Wester v. State

Annotate this Case

542 S.W.2d 403 (1976)

Darrell Craig WESTER, Appellant, v. The STATE of Texas, Appellee.

No. 52542.

Court of Criminal Appeals of Texas.

October 20, 1976.

*404 Thomas P. Roebuck, Jr., Port Arthur, for appellant.

Tom Hanna, Dist. Atty. and Paul E. Naman, Asst. Crim. Dist. Atty., Beaumont, Jim D. Vollers, State's Atty., and David S. McAngus, Asst. State's Atty., Austin, for the State.

OPINION

ONION, Presiding Judge.

This appeal is from an order revoking probation.

On original submission the appeal was dismissed for lack of notice of appeal. A supplemental transcript reflects that notice of appeal was timely given. The appeal is reinstated.

The question presented is whether a trial judge following a revocation hearing may continue a defendant on probation (although there is an adequate basis for revocation) and then subsequently upon report of another probationary violation revoke probation without motion by the State or a hearing basing the revocation upon the ground shown at the earlier hearing.

The record reflects that on January 22, 1975, the appellant entered a plea of guilty to forgery of a credit card sales slip and punishment was assessed at seven (7) years. Imposition of sentence was suspended and the appellant placed on probation subject to certain probationary conditions, including

"a. Commit no offense against the laws of this State or any other State or the United States."

On July 10, 1975, a motion to revoke probation was filed. On August 21, 1975, a first amended (a three count) motion to revoke was filed. The first count alleged appellant had violated his probation

"1) By committing the offense of unlawfully carrying weapons, in that on or about June 25, 1975, in Jefferson County, Texas, Darrell Craig Wester did then and there knowingly and intentionally carry on and about his person an illegal knife, namely: a knife with a blade over 5½ inches long, against the peace and dignity of the State."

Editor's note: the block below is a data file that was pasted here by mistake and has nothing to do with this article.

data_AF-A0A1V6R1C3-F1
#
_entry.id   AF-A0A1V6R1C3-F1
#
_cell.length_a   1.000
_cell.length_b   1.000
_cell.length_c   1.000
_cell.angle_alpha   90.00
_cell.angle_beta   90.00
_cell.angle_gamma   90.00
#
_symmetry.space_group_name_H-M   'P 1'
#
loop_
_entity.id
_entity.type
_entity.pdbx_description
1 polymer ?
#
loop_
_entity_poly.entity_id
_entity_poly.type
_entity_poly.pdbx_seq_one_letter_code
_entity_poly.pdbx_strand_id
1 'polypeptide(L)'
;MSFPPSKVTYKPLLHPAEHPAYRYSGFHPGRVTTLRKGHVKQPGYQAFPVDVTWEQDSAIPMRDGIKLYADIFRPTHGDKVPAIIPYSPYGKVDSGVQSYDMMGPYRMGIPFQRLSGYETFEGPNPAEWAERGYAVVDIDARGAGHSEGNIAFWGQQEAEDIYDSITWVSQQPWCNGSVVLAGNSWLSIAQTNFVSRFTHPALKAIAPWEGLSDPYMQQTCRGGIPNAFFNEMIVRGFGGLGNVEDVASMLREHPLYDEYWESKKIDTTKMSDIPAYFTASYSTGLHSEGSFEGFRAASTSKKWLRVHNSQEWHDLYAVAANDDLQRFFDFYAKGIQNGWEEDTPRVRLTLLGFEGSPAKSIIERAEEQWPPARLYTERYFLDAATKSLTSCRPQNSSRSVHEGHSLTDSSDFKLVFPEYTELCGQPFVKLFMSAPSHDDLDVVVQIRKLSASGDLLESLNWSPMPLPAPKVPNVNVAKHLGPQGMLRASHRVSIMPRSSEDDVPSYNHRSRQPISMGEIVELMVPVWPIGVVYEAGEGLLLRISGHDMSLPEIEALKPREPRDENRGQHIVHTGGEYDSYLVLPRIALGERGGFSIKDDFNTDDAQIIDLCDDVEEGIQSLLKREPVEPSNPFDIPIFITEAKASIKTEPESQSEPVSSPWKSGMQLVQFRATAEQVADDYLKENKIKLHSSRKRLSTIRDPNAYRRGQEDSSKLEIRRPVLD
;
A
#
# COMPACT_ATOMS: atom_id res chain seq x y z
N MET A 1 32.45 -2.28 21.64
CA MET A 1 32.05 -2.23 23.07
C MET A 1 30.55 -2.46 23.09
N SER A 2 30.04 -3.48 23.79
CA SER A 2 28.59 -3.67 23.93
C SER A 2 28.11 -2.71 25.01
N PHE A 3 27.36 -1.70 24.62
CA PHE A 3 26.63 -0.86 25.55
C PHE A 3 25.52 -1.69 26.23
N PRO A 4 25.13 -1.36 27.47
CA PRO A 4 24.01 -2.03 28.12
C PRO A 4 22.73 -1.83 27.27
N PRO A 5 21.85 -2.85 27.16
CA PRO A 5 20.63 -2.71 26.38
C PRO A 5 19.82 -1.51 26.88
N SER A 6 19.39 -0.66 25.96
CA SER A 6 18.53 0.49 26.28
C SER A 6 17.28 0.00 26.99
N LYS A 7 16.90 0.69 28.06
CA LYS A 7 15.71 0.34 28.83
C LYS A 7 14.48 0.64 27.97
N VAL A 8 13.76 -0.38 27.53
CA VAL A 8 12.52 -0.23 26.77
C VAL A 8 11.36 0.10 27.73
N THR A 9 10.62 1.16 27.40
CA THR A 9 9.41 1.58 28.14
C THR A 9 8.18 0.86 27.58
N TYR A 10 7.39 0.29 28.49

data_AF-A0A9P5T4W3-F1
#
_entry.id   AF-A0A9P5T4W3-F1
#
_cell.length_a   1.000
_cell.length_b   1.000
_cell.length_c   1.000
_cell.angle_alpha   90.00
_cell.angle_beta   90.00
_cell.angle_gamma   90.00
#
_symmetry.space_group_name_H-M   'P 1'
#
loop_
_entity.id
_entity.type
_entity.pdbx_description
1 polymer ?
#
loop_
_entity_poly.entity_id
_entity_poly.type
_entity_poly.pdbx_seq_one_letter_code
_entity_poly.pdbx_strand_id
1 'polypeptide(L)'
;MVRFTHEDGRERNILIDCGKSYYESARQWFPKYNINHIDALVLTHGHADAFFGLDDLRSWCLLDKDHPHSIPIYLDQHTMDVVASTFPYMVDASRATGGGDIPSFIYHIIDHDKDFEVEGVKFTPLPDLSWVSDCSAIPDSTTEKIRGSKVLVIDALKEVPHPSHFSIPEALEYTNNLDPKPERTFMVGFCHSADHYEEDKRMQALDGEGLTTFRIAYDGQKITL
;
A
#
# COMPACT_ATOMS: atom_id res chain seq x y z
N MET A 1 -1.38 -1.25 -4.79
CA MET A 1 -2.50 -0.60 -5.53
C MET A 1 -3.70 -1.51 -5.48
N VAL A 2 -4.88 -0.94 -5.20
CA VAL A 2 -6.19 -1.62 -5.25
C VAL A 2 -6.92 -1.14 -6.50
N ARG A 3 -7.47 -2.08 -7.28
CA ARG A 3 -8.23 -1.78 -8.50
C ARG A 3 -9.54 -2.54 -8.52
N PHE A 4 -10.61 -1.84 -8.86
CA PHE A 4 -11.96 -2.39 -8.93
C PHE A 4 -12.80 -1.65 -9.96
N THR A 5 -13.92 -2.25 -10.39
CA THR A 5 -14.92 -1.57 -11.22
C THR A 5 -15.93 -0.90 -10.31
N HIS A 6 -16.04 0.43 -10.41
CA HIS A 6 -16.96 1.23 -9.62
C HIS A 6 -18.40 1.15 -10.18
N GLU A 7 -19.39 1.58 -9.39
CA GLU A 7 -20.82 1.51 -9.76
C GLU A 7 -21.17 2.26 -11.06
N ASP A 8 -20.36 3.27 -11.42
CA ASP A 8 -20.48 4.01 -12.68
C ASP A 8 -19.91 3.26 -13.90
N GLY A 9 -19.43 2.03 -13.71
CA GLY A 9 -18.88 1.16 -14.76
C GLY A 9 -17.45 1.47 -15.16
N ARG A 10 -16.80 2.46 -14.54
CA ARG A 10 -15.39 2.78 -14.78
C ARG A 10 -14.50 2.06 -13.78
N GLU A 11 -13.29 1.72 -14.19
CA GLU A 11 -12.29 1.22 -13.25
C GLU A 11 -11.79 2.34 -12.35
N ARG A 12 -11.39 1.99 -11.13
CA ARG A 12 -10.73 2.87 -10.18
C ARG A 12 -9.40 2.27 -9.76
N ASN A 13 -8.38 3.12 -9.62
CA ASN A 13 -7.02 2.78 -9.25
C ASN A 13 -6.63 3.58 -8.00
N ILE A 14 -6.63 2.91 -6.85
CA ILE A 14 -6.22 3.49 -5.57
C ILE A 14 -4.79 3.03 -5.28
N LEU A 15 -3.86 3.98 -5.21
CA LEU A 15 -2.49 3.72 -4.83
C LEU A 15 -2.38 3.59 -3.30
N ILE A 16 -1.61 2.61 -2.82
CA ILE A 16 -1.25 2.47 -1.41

On August 27, 1975, a hearing was conducted on such motion. The record reflects that the court informed the appellant of the first count or ground of the motion and inquired, "is that true or untrue."

"DEFENDANT: Yes, sir. "THE COURT: True? "DEFENDANT: Yes, sir."

The State then abandoned the other two counts in the revocation motion and without hearing evidence the court found "as a fact that the allegation contained in Ground One is true."[1] The State recommended the appellant be continued on probation. The court then stated: "The probation granted will not be revoked and defendant will be continued on probation. . . ." The terms of probation were amended.[2] On the order amending the probationary conditions are found the words "No Reduction if Revoked" and "Automatic Revocation if any other Violation."

The docket sheet entry on September 5, 1975, reflects, "Based on Allegations of New Theft, Capias to Issue Instanter, Probation Revoked. Def. to be Sentenced *405 Upon Arrest. . ." Such entry was signed by the trial judge.

On September 22, 1975, the appellant was brought to court, where the trial judge noted that appellant had been "continued" on probation on August 27, 1975. The record then reflects:

"The Court has just received information from the Probation Department, indicating Mr. Wester was involved in an attempted burglary on September first, nineteen-seventy-five. "Has Mr. Hawthorn explained this to you, Mr. Wester? "MR. WESTER: Yes, sir. "THE COURT: Do you recall what happened on August twenty-seventh, when you were in here and everybody asked that you be given another chance in addition to the chances that you had before? "MR. WESTER: Yes, sir. "THE COURT: Probation granted in this case is revoked, and the defendant is sentenced to seven years in the penitentiary with credit for your jail time."

The docket sheet entry on the same date reflects, "Probation having been revoked Sept. 5, 1975, defendant duly sentenced to 7 years pen. credit for jail time of 1 month and 10 days." It was signed by the trial judge.

The written order revoking probation filed September 25, 1975, reflects that the basis of the revocation was the unlawfully carrying a knife, at which time appellant had been continued on probation.

It is clear that after appellant was continued on probation there was no further motion to revoke filed nor was there an additional evidentiary hearing.

It is well established that the fact of an arrest, standing alone, is not sufficient to support a revocation of probation based on a claim that probationer has violated a penal statute contrary to the conditions of his probation, and the mere fact that a formal complaint has also been filed does not change the rule. Rutledge v. State, 468 S.W.2d 802 (Tex.Cr.App.1971); Spencer v. State, 503 S.W.2d 557 (Tex.Cr.App.1974).

Clearly the court could not have properly revoked upon report of the commission of a new offense and probationer's arrest.

Article 42.12, § 8, Vernon's Ann.C.C.P., provides for the issuance of warrant and for the arrest of a probationer for violation of probationary conditions. After arrest, it provides in part: